|  1          |  Running Vm Usage                       |
|  2          |  Allocated Vm Usage                     |
|  3          |  IP Address Usage                       |
|  4          |  Network Usage (Bytes Sent)             |
|  5          |  Network Usage (Bytes Received)         |
|  6          |  Volume Usage                           |
|  7          |  Template Usage                         |
|  8          |  ISO Usage                              |
|  9          |  Snapshot Usage                         |
| 10          |  Security Group Usage                   |
| 11          |  Load Balancer Usage                    |
| 12          |  Port Forwarding Usage                  |
| 13          |  Network Offering Usage                 |
| 14          |  VPN users usage                        |
| 21          |  VM Disk usage(I/O Read)                |
| 22          |  VM Disk usage(I/O Write)               |
| 23          |  VM Disk usage(Bytes Read)              |
| 24          |  VM Disk usage(Bytes Write)             |
| 25          |  VM Snapshot storage usage              |

Please note these usage types are calculated depending on the nature of resource used, e.g.:

  • “Running VM usage” will simply count the hours a single VM instance is used.
  • “Volume usage” will however track both the size of each volume in addition to the time utilised.

Process flow


From a high level point of view the usage service processes data already generated by the CloudStack management service, copies this to the cloud_usage database before processing and aggregating the data in the cloud_usage.cloud_usage database:



Using a running VM instance as example the data process flow is as follows.

Usage_event table entries

CloudStack management writes all events to the cloud.usage_event table. This happens whether the cloudstack-usage service is running or not.

In this example we will track the VM with instance ID 17. The resource tracked – be it a VM, a volume, a port forwarding rule , etc. – is listed in the usage_event table as “resource_id”, which points to the main ID field in the vm_instance, volume tables etc.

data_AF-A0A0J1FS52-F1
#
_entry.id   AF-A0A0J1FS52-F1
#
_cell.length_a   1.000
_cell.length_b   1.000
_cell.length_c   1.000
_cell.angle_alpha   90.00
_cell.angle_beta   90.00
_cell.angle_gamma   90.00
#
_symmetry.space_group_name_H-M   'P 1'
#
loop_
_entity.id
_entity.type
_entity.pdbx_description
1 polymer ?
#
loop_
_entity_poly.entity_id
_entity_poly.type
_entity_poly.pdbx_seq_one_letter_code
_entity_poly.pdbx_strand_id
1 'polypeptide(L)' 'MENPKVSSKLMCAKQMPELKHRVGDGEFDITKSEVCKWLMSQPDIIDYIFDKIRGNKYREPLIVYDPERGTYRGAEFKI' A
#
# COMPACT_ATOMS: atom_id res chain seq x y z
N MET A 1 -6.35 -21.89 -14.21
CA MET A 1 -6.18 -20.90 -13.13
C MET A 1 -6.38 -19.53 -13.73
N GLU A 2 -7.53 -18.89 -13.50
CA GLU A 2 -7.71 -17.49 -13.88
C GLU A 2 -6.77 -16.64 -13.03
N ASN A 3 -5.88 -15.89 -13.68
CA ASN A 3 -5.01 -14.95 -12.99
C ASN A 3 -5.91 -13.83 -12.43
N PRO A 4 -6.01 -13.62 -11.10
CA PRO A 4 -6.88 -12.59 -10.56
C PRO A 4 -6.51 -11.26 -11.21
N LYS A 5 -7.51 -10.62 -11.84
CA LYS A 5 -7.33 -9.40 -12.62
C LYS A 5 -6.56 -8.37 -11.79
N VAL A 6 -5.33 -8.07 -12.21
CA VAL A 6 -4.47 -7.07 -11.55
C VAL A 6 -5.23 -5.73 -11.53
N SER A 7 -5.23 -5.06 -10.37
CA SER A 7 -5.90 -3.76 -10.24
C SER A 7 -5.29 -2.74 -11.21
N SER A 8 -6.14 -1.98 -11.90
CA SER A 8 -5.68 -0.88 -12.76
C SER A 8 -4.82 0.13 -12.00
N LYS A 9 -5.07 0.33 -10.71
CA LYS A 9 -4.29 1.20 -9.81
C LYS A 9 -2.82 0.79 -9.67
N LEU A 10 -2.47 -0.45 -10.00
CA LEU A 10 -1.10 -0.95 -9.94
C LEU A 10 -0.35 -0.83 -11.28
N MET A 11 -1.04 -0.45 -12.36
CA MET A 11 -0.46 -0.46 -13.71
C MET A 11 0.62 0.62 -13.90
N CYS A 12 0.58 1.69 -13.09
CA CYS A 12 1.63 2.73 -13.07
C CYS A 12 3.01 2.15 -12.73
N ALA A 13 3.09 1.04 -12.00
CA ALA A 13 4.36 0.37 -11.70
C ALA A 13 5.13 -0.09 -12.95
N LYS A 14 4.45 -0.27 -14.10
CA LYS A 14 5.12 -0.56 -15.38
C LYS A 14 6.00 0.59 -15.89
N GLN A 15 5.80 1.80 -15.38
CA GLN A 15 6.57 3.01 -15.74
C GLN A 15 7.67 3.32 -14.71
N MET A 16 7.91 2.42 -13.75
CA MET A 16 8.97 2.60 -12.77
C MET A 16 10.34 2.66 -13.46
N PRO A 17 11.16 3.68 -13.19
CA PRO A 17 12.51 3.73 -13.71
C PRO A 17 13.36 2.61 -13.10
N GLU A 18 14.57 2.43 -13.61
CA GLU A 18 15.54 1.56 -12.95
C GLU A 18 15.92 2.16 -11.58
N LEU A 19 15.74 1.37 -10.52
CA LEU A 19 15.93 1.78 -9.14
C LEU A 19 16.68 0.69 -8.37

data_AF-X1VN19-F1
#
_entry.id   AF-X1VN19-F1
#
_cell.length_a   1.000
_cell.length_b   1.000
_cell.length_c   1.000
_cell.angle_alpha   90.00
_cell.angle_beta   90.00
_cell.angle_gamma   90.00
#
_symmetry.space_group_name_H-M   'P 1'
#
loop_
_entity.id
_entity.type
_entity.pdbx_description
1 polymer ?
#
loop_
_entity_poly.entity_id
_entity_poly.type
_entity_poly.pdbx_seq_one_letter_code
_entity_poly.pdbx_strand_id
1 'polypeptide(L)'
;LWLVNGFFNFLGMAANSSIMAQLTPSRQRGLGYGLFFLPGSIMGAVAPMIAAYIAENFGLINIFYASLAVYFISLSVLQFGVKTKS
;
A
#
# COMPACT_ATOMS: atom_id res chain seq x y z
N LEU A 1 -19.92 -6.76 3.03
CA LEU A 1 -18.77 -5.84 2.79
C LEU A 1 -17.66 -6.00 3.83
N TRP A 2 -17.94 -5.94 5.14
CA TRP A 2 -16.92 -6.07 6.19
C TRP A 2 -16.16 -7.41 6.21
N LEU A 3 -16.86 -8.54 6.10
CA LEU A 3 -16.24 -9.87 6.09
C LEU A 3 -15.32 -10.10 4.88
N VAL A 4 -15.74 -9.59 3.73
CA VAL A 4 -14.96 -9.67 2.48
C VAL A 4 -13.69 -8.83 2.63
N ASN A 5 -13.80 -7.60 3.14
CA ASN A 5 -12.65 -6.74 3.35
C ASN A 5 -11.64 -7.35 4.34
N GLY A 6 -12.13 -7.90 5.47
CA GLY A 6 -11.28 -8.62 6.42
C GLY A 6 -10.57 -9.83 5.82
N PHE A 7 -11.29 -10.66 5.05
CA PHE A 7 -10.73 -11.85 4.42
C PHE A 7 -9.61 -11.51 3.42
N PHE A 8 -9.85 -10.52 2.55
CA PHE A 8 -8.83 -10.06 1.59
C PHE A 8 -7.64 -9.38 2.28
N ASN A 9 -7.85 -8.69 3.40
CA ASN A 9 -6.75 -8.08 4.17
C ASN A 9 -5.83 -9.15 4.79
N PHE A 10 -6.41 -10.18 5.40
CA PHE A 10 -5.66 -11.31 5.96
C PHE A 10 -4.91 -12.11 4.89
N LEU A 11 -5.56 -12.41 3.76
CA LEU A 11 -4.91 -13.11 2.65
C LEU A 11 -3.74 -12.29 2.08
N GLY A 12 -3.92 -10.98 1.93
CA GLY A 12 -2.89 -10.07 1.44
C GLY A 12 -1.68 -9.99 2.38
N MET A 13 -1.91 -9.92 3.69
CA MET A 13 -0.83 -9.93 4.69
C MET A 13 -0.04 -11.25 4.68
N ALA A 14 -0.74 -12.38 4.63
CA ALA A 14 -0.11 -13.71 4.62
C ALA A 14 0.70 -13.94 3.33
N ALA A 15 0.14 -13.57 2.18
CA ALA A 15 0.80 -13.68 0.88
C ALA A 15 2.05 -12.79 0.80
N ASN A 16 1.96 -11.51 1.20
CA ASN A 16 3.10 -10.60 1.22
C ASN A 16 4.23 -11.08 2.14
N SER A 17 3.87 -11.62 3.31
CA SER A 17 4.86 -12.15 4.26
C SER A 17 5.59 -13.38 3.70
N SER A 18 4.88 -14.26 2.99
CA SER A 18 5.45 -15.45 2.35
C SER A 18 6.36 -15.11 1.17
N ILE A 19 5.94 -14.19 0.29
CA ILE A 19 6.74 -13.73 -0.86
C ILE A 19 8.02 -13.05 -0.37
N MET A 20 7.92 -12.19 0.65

type like '%VM%' and resource_id=17;

68VM.CREATE62017-09-08 11:14:31117bbannervm12175NULLXenServer0NULL
70VM.START62017-09-08 11:14:41117bbannervm12175NULLXenServer0NULL
123VM.STOP62017-09-26 13:44:48117bbannervm12175NULLXenServer0NULL
125VM.DESTROY62017-09-26 13:45:00117bbannervm12175NULLXenServer0NULL

Please note: a lot of the resources will obviously still be in use – i.e. they will not have a destroy/release entry. In this case the usage service considers the end date to be open, i.e. all calculations are up until today.

Usage_event copy

When the usage job runs (at “usage.stats.job.exec.time”) it first copies all new entries since the last processing time from the cloud.usage_event table to the cloud_usage.usage_event table.

The only difference between the two tables is the “processed” column – in the cloud database this is always set to 0 – nil, however once the table entry is processed in the cloud_usage database this field is updated to 1.

In comparison – the entries in the cloud database:

   id > 130;
131VOLUME.CREATE62017-09-26 13:45:44131bbannerdata36NULL2147483648NULL0NULL
132NET.IPASSIGN62017-09-26 13:46:0511710.1.34.77NULL00VirtualNetwork0NULL
133VM.STOP82017-09-28 10:31:44123secretprojectvm1175NULLXenServer0NULL
134NETWORK.OFFERING.REMOVE82017-09-28 10:31:44123418NULL0NULL0NULL

Compared to the same entries in cloud_usage:

   id > 130;
131VOLUME.CREATE62017-09-26 13:45:44131bbannerdata36NULL2147483648NULL1NULL
132NET.IPASSIGN62017-09-26 13:46:0511710.1.34.77NULL00VirtualNetwork1NULL
133VM.STOP82017-09-28 10:31:44123secretprojectvm1175NULLXenServer1NULL
134NETWORK.OFFERING.REMOVE82017-09-28 10:31:44123418NULL0NULL1NULL

Account copy

As part of this copy job the cloudstack-usage service will also make a copy of some of the columns in the cloud.account table such that a ownership of resources can be easily established during processing.

Usage summary and helper tables

In the first usage aggregation step all usage data per account and per usage type is summarised in helper tables. Continuing the example above the CREATE+DESTROY events as well as the VM START+STOP events are summarised in the “usage_vm_instance” table:


11617bbannervm12175XenServer2017-09-08 11:14:412017-09-26 13:44:48NULLNULLNULL
21617bbannervm12175XenServer2017-09-08 11:14:312017-09-26 13:45:00NULLNULLNULL

Note the helper table has now summarised the data with the usage type mentioned above – and the start/end dates are contained in the same database row.

Please note – if a resource is still in use then the end date simply isn’t populated, i.e. all calculations will work on rolling end date of today.

If we now also compare the volume used by VM instance ID 17 we find this in the cloud_usage.usage_volume helper table:

 cloud.volumes ON (usage_volume.id = volumes.id)
 cloud.volumes.instance_id = 17;
18162NULL5214748364802017-09-08 11:14:312017-09-26 13:45:00